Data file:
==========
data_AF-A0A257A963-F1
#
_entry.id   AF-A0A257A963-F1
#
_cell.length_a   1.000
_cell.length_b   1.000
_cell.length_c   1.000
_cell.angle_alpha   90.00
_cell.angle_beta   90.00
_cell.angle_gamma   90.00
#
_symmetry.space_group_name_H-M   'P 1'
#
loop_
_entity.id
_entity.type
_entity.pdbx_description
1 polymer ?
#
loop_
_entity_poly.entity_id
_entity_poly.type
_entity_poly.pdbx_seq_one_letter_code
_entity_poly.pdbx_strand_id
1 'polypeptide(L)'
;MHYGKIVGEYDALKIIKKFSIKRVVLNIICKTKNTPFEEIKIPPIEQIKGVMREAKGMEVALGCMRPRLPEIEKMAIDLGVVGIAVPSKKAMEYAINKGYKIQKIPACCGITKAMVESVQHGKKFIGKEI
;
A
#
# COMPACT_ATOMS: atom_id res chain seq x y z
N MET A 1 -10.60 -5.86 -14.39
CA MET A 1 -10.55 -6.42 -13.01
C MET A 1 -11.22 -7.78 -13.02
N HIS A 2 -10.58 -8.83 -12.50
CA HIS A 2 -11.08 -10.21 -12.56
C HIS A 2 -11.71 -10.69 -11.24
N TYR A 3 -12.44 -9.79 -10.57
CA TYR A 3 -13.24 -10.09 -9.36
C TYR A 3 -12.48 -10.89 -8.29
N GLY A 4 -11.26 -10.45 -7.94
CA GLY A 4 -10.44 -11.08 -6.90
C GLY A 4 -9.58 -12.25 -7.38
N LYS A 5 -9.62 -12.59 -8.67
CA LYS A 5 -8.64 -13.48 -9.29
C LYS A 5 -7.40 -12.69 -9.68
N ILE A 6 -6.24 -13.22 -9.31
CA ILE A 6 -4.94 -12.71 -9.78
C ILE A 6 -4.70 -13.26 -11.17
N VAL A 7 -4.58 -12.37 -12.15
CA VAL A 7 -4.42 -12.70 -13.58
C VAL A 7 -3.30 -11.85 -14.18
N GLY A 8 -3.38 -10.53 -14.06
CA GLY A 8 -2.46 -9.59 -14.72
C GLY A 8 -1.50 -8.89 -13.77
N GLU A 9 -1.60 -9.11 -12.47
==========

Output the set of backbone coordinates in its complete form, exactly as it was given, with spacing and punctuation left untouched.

data_AF-A0A257A963-F1
#
_entry.id   AF-A0A257A963-F1
#
_cell.length_a   1.000
_cell.length_b   1.000
_cell.length_c   1.000
_cell.angle_alpha   90.00
_cell.angle_beta   90.00
_cell.angle_gamma   90.00
#
_symmetry.space_group_name_H-M   'P 1'
#
loop_
_entity.id
_entity.type
_entity.pdbx_description
1 polymer ?
#
loop_
_entity_poly.entity_id
_entity_poly.type
_entity_poly.pdbx_seq_one_letter_code
_entity_poly.pdbx_strand_id
1 'polypeptide(L)'
;MHYGKIVGEYDALKIIKKFSIKRVVLNIICKTKNTPFEEIKIPPIEQIKGVMREAKGMEVALGCMRPRLPEIEKMAIDLGVVGIAVPSKKAMEYAINKGYKIQKIPACCGITKAMVESVQHGKKFIGKEI
;
A
#
# COMPACT_ATOMS: atom_id res chain seq x y z
N MET A 1 -10.60 -5.86 -14.39
CA MET A 1 -10.55 -6.42 -13.01
C MET A 1 -11.22 -7.78 -13.02
N HIS A 2 -10.58 -8.83 -12.50
CA HIS A 2 -11.08 -10.21 -12.56
C HIS A 2 -11.71 -10.69 -11.24
N TYR A 3 -12.44 -9.79 -10.57
CA TYR A 3 -13.24 -10.09 -9.36
C TYR A 3 -12.48 -10.89 -8.29
N GLY A 4 -11.26 -10.45 -7.94
CA GLY A 4 -10.44 -11.08 -6.90
C GLY A 4 -9.58 -12.25 -7.38
N LYS A 5 -9.62 -12.59 -8.67
CA LYS A 5 -8.64 -13.48 -9.29
C LYS A 5 -7.40 -12.69 -9.68
N ILE A 6 -6.24 -13.22 -9.31
CA ILE A 6 -4.94 -12.71 -9.78
C ILE A 6 -4.70 -13.26 -11.17
N VAL A 7 -4.58 -12.37 -12.15
CA VAL A 7 -4.42 -12.70 -13.58
C VAL A 7 -3.30 -11.85 -14.18
N GLY A 8 -3.38 -10.53 -14.06
CA GLY A 8 -2.46 -9.59 -14.72
C GLY A 8 -1.50 -8.89 -13.77
N GLU A 9 -1.60 -9.11 -12.47